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 that it is the church,
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that it is incarnation,
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 that it is Christianity.
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While each of these connections contain helpful insights, and while in a sense communication is aconstituent of everything, sometimes a more arbitrary and limited definition must be employed if the word is to be of practical value.We need to explore both aspects of communication -- its role as a part of everything, of all of  being, and also how it functions in everyday life. The challenge at this point is a little like trying tounderstand water. Water is essential to all living things, and we need to understand that. But wealso need a theory of hydrodynamics, which tells us how water works. We need both.Therefore, we shall examine, first, how communication is essential to being (its ontologicalaspects); second, how communication functions in society (its ethical aspects); and finally, howcommunication works among practicing Christians today (its confessional, pastoral aspects).
Communication and Being
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Websters New International Dictionary (Springfield: Merriam, 1963), p. 460
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Philip H. Phenix, Intelligible Religion (New York: Harper, 1954).
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Dulles, "The Church and the Media."
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Knud Jorgensen, "God's Incarnation: the Centre of Communication," Media Development 27 (1981): 27-30.
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Johannes Heinrichs, "Theory of Practical Communication: A Christian Approach," Media Development27 (1981): 3-9.
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Most theologians today have abandoned serious attempts to develop arguments for the existenceof God. Instead, they take an existential starting point, agreeing with Kierkegaard that existence precedes essence, that human beings decide in the act of existing. We can no longer begin with atheory of reality or a theory of God, but can only begin where we are as human beings in the midstof all the contingencies of human experience.What we discover is that, reduced to the most basic level possible, there exist only three things:matter, energy, and relationships. And these relationships, whether between atoms and molecules, bees and flowers, or humans and God, are created, sustained, and modified by some kind of communication. Another way of saying this is that everything relates to something, or else it doesnot exist, and within all relationships communication is present.There is nothing outside our experience. Even that which we call the transcendent is understood as"that which exists in its own right beyond our categories of thought and explanation, but notnecessarily that which is entirely outside our experience in all its modes."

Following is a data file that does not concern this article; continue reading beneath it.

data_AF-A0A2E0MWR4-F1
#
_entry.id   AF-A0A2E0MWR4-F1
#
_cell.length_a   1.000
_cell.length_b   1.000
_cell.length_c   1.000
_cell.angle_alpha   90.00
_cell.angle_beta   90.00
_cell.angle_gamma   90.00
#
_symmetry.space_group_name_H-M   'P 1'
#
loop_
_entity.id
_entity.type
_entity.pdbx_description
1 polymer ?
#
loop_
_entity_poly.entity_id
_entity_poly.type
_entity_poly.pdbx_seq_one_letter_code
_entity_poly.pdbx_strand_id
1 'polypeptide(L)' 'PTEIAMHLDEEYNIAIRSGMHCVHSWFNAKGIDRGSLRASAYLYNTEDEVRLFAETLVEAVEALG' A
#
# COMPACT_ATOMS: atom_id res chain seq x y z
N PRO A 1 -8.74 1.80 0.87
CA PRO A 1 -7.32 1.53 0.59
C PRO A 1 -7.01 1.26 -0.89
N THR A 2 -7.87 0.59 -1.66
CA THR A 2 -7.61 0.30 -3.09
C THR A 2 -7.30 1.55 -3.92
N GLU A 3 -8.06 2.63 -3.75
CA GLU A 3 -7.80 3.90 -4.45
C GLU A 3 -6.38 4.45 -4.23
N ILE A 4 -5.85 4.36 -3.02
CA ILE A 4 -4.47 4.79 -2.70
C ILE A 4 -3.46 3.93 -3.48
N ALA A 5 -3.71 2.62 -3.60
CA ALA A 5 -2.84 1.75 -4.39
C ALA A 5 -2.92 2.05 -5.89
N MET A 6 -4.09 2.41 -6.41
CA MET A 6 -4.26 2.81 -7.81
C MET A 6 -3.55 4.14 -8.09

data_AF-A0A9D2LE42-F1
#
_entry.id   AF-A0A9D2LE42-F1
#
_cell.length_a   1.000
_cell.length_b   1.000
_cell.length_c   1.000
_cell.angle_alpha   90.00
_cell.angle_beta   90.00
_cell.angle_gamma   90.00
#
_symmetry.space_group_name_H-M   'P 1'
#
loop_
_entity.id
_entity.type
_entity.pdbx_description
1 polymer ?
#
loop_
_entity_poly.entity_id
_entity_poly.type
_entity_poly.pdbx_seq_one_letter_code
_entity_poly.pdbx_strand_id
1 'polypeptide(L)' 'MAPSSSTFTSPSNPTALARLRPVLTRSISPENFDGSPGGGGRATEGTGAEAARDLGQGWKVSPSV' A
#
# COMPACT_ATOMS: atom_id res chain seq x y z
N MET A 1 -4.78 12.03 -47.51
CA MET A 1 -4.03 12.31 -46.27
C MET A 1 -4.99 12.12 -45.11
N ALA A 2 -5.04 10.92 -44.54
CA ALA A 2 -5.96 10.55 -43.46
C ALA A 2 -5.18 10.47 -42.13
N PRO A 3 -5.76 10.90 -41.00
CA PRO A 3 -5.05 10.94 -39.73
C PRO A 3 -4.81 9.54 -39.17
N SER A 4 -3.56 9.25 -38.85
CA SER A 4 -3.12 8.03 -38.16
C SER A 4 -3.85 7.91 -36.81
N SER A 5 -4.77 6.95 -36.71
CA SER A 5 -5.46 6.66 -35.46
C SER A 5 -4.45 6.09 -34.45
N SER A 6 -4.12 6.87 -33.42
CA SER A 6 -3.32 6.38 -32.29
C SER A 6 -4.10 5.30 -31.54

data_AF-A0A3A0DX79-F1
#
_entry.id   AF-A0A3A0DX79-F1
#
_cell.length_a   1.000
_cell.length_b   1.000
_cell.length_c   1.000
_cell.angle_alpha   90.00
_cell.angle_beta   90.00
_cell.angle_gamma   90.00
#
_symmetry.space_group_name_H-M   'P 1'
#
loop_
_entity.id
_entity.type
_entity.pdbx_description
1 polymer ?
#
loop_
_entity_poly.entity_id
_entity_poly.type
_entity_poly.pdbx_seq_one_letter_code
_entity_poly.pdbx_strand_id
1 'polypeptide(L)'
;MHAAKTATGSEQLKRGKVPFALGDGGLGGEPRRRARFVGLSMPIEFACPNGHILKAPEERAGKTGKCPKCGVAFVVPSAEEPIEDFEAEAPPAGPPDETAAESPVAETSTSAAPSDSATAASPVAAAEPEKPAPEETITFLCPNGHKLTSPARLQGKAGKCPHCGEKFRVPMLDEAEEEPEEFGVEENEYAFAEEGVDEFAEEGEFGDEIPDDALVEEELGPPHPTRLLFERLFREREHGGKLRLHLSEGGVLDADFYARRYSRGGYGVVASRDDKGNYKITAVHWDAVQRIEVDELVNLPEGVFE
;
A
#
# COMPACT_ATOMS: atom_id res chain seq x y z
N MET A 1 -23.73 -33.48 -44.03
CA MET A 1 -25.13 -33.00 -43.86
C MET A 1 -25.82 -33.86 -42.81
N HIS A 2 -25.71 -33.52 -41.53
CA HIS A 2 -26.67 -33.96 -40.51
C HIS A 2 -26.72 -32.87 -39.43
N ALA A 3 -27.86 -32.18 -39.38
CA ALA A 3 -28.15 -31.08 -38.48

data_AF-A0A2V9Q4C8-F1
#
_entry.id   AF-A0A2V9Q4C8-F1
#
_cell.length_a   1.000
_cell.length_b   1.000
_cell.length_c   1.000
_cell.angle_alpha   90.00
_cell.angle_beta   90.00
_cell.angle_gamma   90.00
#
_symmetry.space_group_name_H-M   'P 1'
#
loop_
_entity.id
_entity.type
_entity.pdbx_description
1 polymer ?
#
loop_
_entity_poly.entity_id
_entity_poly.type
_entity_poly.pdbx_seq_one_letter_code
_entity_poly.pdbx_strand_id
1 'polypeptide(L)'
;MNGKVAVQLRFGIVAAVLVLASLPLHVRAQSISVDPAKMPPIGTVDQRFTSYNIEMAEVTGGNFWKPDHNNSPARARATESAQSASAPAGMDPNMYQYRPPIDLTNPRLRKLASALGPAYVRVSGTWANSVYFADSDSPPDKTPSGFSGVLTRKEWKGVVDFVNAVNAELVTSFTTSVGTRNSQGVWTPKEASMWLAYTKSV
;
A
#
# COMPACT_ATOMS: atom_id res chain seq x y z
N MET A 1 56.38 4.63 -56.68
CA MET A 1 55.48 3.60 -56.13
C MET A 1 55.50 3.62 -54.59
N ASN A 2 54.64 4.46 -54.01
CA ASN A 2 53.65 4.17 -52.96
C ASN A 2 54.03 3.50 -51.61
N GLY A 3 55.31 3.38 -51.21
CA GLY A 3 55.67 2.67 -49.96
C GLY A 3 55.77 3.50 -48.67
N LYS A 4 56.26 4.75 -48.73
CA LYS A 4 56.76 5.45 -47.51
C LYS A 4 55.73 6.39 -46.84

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One implication of thisemphasis upon experience is that the deductive, the hypothetical, and the projective kinds of thinking no longer are controlling, but are replaced by the inductive, the coordinative, theanalogical, and the dialogical.It is significant that there is an increasing correspondence recently between Christian processtheology and theories of communication. Process theology holds that things that endure arecomposed of a series or a process of distinct occasions or experience, each one connected to thenext, and each one affecting the next. Nothing is independent and disconnected. All experience isrelated to previous experiences. Everything -- atoms, animals, human beings, nature and theuniverse -- is interrelated. And communication is the fundamental process by which theserelationships occur. Communication is a fundamental given of existence, essential to the nature of  being.In process theology the past is the totality of that which influences the present, and the future is thetotality of that which will be influenced by the present. Each present moment is but a selectiveincarnation of the whole past universe. Our individual choices and actions, conditioned by the past, will make a difference throughout the future. And the mechanism that connects the past, present, and future, is communication. We create our future by communicating our decisions.Since successful communication depends on the reduction of uncertainty, our communicationoptions must be free to create new and wholly unprecedented relationships. This is what is meant by creating order out of chaos.Community is where our human existence takes place. Community is established and maintained by the relationships created by our communications. We establish our relative individuality withinthis community. The more we participate in community, the more we become true individuals, andthe more we become individuals, the more richly we participate in community.
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Community, thefulfillment of effective human communication, is essential to our becoming human.Language is necessary to human beings in community. Language shapes images and hence affectsour actual sensibility and our modes of perception. Whitehead writes that "the mentality of 
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Dorothy M. Emmet, The Nature of Metaphysical Thinking (London: Macmillan, 1953), p. 66.
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John Cobb and David Griffin, Process Theology (Philadelphia: Westminster, 1976), p. 82.